Green Man Ultra – 5th March 2016 by Marcus Bosano

Only one person can win a race we all know that yet so many of us enter races knowing we have little chance of being within the same hour as the winner let alone top the podium. Running is different, people run for so many different reasons and winning isn’t necessarily one of them. Nowhere is this more true than in ultra marathons. So it was on the morning of Saturday 5th March that 184 hardy souls almost exclusively clad in Salomon running gear nervously prepared kit, checking and double checking the details. Chatting excitedly with friends or just pensive waiting for it to start. The it being the Green Man Challenge, a 46mile ultra marathon with in excess of 4,000ft of climbing using the Community Forrest Path and Frome Valley Way path that circumvent Bristol.
The route was predominantly on trail and with the weather that we have experienced over the previous week was a boggy, muddy mess. There were puddles that were knee deep, fields of thick mud that made running impossible, fields with thick mud and then a covering of freezing rain water across the top creating something akin to a paddy field. From the start the route went up hill, knowing this I decided to start very cautiously, this is good advice in any ultra. It’s a long way, you will be out there a long time and a lot can happen.
After a slog up through muddy fields in the cold morning, the race started at 8am, there were then runnable sections across fields and through wooded sections. After starting cautiously this did feel a bit like having the leash let off. I was though very aware of my effort and trying to keep under control. Running slow when you are not used to it feels like you are not really moving. The field was quite bunched at the start, once it became runnable it strung out.
I settled into a pace that was matched by a lady from Northern Ireland, Susan. We ran together for quite a few miles chatting about running and the races we have done. That’s the other thing about an ultra you’re generally running at a pace where talking is easy, if you can’t talk then you’re going too fast. We hit the first checkpoint quite quickly, it was only 9 miles after the start, there was drinks and malt loaf. A quick grab and off again. The next checkpoint was a further 7 miles away.
Off again and there was a self imposed target to get to the next checkpoint ahead of the start of the 30 mile race. The GMU has two races the 45 miler and 30 miler. Both use the same course with the 30 miler starting 15 miles into the course. The checkpoint here was better stocked, coke, lots of cake and sandwiches. I grabbed a handful of food and it was, once more, off again. At this point I was feeling great and got a little carried away, I started running quicker, the ground was now compacted trail more akin to the tarmac that I normally run on. Checkpoint 3 was 12 miles along and i started to lose my zip.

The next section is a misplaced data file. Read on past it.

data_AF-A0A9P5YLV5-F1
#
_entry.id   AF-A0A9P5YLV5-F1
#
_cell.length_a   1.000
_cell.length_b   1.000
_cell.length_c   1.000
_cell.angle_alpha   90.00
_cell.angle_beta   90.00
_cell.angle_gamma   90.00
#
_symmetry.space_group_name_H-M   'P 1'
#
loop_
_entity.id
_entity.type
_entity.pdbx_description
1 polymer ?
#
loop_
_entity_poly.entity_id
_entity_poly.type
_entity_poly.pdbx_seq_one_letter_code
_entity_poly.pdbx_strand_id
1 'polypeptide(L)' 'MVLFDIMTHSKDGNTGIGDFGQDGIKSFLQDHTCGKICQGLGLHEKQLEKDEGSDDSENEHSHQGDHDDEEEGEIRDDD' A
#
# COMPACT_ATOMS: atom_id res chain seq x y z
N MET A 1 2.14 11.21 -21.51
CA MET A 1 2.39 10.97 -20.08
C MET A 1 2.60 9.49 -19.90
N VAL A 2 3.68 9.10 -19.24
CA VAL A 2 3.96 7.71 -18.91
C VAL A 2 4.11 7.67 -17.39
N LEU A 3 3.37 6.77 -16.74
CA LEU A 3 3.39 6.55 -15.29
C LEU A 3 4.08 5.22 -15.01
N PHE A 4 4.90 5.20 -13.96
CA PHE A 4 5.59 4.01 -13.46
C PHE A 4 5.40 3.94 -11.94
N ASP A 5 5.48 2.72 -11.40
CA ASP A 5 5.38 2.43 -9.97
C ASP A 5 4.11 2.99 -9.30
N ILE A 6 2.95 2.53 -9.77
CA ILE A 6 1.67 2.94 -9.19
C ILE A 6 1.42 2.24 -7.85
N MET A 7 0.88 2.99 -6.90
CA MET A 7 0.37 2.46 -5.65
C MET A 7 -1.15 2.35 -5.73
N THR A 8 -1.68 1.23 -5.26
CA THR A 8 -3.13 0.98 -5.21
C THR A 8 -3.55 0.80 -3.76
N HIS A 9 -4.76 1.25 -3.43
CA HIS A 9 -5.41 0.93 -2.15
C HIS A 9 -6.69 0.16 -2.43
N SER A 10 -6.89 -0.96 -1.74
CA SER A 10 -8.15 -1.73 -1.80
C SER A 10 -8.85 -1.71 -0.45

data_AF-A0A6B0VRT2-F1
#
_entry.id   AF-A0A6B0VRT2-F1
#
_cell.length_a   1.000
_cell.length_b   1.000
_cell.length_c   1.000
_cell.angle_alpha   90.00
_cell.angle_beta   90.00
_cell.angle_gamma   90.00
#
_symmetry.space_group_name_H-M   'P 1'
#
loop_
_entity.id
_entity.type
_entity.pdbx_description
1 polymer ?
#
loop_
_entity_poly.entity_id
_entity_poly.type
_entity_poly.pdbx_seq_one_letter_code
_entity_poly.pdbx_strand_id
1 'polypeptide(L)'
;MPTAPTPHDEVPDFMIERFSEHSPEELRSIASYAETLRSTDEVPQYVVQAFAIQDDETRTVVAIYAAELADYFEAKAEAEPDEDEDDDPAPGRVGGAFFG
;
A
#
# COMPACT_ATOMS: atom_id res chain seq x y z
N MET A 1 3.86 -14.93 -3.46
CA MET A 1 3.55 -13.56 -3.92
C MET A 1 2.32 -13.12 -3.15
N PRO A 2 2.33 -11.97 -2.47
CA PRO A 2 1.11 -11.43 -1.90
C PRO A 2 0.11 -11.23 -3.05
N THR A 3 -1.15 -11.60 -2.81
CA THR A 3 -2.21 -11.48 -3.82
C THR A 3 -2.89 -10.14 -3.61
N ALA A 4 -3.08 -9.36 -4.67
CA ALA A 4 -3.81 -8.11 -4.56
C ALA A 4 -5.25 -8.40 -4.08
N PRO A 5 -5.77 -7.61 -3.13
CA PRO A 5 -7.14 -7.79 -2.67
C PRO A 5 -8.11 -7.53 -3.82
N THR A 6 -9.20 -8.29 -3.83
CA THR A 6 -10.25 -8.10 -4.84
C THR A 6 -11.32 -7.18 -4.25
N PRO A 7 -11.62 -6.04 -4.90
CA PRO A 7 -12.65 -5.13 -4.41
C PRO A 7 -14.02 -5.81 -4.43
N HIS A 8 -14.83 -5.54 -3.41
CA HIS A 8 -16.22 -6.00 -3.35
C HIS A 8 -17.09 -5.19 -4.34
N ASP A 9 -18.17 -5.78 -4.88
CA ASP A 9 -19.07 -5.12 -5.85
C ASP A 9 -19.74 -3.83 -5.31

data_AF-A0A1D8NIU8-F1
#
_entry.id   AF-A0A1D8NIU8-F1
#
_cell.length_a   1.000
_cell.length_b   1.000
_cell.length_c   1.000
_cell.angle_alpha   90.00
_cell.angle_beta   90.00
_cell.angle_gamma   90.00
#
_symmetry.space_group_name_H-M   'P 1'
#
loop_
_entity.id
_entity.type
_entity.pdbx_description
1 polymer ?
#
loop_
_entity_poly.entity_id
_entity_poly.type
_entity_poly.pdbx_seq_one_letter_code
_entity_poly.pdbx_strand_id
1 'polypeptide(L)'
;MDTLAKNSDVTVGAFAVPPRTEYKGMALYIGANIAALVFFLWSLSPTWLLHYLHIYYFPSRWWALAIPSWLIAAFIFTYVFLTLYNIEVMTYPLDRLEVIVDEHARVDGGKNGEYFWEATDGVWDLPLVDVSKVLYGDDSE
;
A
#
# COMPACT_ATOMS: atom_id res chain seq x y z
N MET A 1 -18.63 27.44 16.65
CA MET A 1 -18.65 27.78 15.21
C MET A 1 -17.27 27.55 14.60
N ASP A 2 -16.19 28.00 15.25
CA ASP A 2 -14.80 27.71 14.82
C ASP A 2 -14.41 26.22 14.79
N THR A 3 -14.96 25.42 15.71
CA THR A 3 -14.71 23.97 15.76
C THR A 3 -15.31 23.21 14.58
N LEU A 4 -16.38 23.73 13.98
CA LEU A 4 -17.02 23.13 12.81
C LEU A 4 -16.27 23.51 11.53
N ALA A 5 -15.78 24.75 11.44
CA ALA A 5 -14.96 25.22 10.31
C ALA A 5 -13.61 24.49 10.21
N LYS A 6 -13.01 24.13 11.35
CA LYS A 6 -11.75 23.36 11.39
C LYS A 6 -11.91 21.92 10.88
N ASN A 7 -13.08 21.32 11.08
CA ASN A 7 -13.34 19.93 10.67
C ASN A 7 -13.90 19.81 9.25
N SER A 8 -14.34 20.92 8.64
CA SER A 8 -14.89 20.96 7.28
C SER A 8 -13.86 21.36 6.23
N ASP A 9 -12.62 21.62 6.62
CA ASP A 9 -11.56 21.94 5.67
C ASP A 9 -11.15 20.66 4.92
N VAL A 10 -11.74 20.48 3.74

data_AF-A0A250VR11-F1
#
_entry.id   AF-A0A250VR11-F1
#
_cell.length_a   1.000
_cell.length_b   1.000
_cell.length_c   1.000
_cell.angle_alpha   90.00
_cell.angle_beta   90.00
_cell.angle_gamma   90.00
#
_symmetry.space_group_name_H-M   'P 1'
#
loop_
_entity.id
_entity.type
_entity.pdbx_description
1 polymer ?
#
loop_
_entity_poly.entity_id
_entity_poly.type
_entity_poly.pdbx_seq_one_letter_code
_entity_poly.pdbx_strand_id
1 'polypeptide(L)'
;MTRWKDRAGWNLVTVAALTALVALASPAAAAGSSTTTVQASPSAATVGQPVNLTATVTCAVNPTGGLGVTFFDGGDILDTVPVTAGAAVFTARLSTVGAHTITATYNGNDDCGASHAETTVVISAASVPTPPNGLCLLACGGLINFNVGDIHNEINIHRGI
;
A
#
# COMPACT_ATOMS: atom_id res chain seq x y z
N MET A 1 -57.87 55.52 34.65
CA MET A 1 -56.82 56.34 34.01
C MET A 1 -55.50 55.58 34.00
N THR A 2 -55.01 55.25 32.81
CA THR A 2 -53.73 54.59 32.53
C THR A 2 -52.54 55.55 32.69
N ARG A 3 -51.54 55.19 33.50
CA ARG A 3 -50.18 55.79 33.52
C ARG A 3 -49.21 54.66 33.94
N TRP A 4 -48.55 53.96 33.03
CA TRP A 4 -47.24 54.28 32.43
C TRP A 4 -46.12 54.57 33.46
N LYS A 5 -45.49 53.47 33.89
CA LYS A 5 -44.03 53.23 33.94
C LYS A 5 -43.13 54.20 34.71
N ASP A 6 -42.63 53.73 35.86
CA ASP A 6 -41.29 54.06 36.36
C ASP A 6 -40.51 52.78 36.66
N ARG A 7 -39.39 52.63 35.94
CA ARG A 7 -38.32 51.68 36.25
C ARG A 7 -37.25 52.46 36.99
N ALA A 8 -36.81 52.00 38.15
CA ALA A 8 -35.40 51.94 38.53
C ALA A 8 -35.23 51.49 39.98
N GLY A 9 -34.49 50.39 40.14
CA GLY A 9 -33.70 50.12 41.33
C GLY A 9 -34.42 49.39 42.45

I was in a group of runners and as we passed a pedestrian we were told that the next aid station was just around the corner. As it came into view there was relief, it turned out though that this was not an official aid station. I stopped and asked for some help retrieving my blood test kit out of my race vest. The lady that helped me asked if I needed anything, i replied that I might do and would know shortly. She hovered around me as I tested my blood. It was 4mmol which is at the bottom of the good range which is between 4-7. she asked me what I needed then got me food – a lot of sugary calorific food. With a handful of mini-eggs and flapjack I set off walking towards the next official checkpoint. Whilst this interaction may seem trivial it wa actually very significant.
When you have diabetes your brain plays tricks on you, you can have a low blood sugar and yet not deal with it or not want to deal with it. It’s the ultimate in denial. I have been in this position before and it does take an intervention sometimes. The action of asking me if I needed anything or if there was anything I needed to do made me do it. Without that I might have been tempted to just continue. that would have been a mistake.
At the next checkpoint, which was at 28 miles, I went to town with the food. A red bull (which I later found out was sugar free!), a handful of sandwiches, a stack of cake all carried and eaten. I also grabbed some gels and a couple of 9-bars which I stashed for later. I was feeling revitalised for having eaten and set about running again. The next section of the course felt weird in that it was the footpath but woven around the Bradley Stoke housing estates. We were sharing the footpaths with dog walkers, kids on scooters and bikes, everyone was encouraging but interacting with normal people was a little surreal. A reminder that it was a Saturday and people were going about their business.
At this point I settled in running wth a couple of Welsh chaps that were going at a pace I could maintain. We helped each other out, chatting, taking the mickey and passing the time. It made the running feel easy. We continued to walk the uphill sections and run where we could.